Federal securities regulators Wednesday charged the brokerage firm of Rooney, Pace and its chief executive, Randolph Pace, with joining a multimillion-dollar stock manipulation scheme in 1982 and 1983.
Randolph Pace made $240,000 in illicit profits and one of the firm's brokers made $800,000 in illegal commissions, the Securities and Exchange Commission charged in a lawsuit filed in federal court here.
Pace was not available for comment, but the firm's general counsel, Arnold Weinberg, said the charges were false. "We intend to contest it vigorously," he said, speaking for Pace, the firm and one of its salesman, Joseph Lugo.
Rooney, Pace has already fully disclosed the SEC investigation in public filings, Weinberg said.
Also named in the SEC's complaint were Capt. Crab, the North Miami, Fla., fast-food company whose stock was at the core of the commission's charges; Edward R. Sharps, its chairman and chief executive, who allegedly made $3.8 million from illegal stock sales; Lewis Leeds, a Miami broker who made a market in the stock and allegedly turned an illegal $700,000 profit, and Martin Rothman, another Miami broker. Capt. Crab, but not Sharps, settled the SEC case by agreeing to an injunction against future fraud without admitting or denying the charges. Leeds' employer, First Affiliated Securities, settled an SEC administrative charge of failing to supervise Leeds by agreeing to hire a consultant to improve its practices.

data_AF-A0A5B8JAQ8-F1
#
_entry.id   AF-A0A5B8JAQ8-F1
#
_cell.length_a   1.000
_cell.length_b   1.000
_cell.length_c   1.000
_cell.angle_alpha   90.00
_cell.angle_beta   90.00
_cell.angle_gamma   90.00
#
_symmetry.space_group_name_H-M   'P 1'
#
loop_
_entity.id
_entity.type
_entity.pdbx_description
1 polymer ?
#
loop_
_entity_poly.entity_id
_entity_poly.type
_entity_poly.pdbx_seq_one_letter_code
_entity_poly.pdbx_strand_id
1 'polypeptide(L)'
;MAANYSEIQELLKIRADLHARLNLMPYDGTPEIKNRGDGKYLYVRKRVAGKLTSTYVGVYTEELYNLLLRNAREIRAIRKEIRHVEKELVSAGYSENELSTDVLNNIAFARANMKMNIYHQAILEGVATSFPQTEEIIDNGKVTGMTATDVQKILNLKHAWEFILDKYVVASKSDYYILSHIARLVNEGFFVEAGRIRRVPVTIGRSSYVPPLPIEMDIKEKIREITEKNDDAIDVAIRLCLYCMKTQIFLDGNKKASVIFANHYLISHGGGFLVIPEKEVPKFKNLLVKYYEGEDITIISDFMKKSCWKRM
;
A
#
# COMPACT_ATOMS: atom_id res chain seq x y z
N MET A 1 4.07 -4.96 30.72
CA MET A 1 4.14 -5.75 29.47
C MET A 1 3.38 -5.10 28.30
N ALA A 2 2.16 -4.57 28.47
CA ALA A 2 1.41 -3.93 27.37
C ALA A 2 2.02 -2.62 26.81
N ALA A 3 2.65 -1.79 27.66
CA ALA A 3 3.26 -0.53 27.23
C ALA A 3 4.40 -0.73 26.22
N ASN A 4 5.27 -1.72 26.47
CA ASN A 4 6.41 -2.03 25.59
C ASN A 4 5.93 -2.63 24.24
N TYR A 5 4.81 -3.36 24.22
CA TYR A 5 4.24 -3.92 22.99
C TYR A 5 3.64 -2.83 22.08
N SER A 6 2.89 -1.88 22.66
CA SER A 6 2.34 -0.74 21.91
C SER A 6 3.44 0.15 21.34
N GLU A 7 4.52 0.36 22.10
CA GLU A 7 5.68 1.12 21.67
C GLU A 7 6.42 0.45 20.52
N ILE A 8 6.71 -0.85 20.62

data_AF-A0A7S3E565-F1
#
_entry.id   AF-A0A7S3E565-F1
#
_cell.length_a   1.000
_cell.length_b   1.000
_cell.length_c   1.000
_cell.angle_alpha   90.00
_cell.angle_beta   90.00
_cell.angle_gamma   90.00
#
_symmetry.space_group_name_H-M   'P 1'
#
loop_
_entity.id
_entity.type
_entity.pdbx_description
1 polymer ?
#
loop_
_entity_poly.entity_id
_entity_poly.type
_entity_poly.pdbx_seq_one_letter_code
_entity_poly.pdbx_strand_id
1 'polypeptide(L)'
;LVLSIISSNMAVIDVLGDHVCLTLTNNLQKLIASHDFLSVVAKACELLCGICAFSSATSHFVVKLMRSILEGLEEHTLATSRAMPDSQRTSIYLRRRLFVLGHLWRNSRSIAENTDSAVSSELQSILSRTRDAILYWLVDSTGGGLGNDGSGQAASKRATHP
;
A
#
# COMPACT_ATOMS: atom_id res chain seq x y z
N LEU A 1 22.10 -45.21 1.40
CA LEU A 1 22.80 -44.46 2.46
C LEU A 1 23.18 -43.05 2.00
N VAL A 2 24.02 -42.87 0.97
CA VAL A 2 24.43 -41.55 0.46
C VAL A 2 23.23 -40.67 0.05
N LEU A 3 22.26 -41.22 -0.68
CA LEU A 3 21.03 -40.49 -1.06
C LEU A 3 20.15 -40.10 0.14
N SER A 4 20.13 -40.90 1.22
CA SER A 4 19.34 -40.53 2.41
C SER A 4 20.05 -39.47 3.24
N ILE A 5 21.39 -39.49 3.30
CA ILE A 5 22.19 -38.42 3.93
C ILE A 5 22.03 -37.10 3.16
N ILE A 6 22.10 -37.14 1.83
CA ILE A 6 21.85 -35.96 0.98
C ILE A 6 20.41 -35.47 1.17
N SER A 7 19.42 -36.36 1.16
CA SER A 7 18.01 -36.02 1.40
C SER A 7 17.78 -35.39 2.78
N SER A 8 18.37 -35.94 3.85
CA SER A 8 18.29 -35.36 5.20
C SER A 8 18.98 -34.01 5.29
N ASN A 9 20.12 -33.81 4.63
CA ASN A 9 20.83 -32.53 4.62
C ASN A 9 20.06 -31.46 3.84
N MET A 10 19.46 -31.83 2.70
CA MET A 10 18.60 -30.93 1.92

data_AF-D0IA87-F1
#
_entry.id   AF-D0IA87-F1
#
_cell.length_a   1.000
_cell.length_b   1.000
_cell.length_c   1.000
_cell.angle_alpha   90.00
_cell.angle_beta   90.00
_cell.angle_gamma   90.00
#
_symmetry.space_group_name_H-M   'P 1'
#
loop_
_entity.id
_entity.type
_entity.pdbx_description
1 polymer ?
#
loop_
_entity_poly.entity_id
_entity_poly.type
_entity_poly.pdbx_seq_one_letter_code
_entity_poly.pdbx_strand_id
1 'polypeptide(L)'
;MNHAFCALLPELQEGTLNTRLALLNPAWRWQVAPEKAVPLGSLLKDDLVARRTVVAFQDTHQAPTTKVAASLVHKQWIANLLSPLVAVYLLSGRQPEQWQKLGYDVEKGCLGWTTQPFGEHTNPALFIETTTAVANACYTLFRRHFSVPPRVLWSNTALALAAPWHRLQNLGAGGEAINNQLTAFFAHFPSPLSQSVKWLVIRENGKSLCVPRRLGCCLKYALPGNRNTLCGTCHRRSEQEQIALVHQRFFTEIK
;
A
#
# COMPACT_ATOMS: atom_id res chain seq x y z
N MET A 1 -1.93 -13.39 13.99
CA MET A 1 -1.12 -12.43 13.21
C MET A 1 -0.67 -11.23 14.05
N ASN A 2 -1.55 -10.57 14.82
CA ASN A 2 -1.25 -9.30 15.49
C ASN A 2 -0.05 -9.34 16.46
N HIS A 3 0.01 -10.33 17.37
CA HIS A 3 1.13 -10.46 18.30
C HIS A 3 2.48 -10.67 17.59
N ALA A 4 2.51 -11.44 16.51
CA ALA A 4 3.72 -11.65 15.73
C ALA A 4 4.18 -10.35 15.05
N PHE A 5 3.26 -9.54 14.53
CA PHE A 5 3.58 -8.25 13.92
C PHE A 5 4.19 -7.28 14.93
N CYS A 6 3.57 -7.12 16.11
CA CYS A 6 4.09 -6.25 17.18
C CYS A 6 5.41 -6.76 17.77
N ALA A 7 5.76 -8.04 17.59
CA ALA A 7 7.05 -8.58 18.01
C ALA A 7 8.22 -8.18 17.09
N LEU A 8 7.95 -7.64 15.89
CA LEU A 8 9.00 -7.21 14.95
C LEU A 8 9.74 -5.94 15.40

The SEC charged that after Capt. Crab began selling stock to the public on the over-the-counter market in 1982, Sharps, Leeds and Rothman consistently distributed fraudulently optimistic statements about the company's business and prospects to other brokers and to restaurant trade magazines. When reality fell short of their projections, the company allegedly failed to update the formal disclosure documents sent to investors.
Sharps also had Capt. Crab place a secondary offering of its stock on the market; by not publicizing the offering, the SEC said, he was able to sell stock at a price that did not reflect the depressing effect of doubling the number of available shares.
At Rooney, Pace, the SEC said, Lugo traded Capt. Crab stock furiously. Although his total authorization for long or short positions in all stocks was $500,000, at one point in 1983 he was short Capt. Crab alone to the tune of $3.9 million. That means he had sold that much stock to other brokers and customers without having owned it himself. The value of this position, the SEC contends, was nearly double Rooney, Pace's entire net worth of $2 million. Pace approved the position, the SEC said.
Capt. Crab says it operates six restaurants in Georgia and Florida and has franchised two others in Illinois and Puerto Rico.
Rooney, Pace, which was founded in 1978, ranked 81st in capital among major security firms at the beginning of 1985. The firm has been the focus of several SEC probes in recent years, including a 1985 administrative action barring it from underwriting stock issues for 60 days; Pace himself was barred for 90 days.
That sanction grew out of the commission's charges that the firm violated the law in a 1981 underwriting of stock of Sequential Information Systems by making unfounded predictions of stock price increases and through other maneuvers.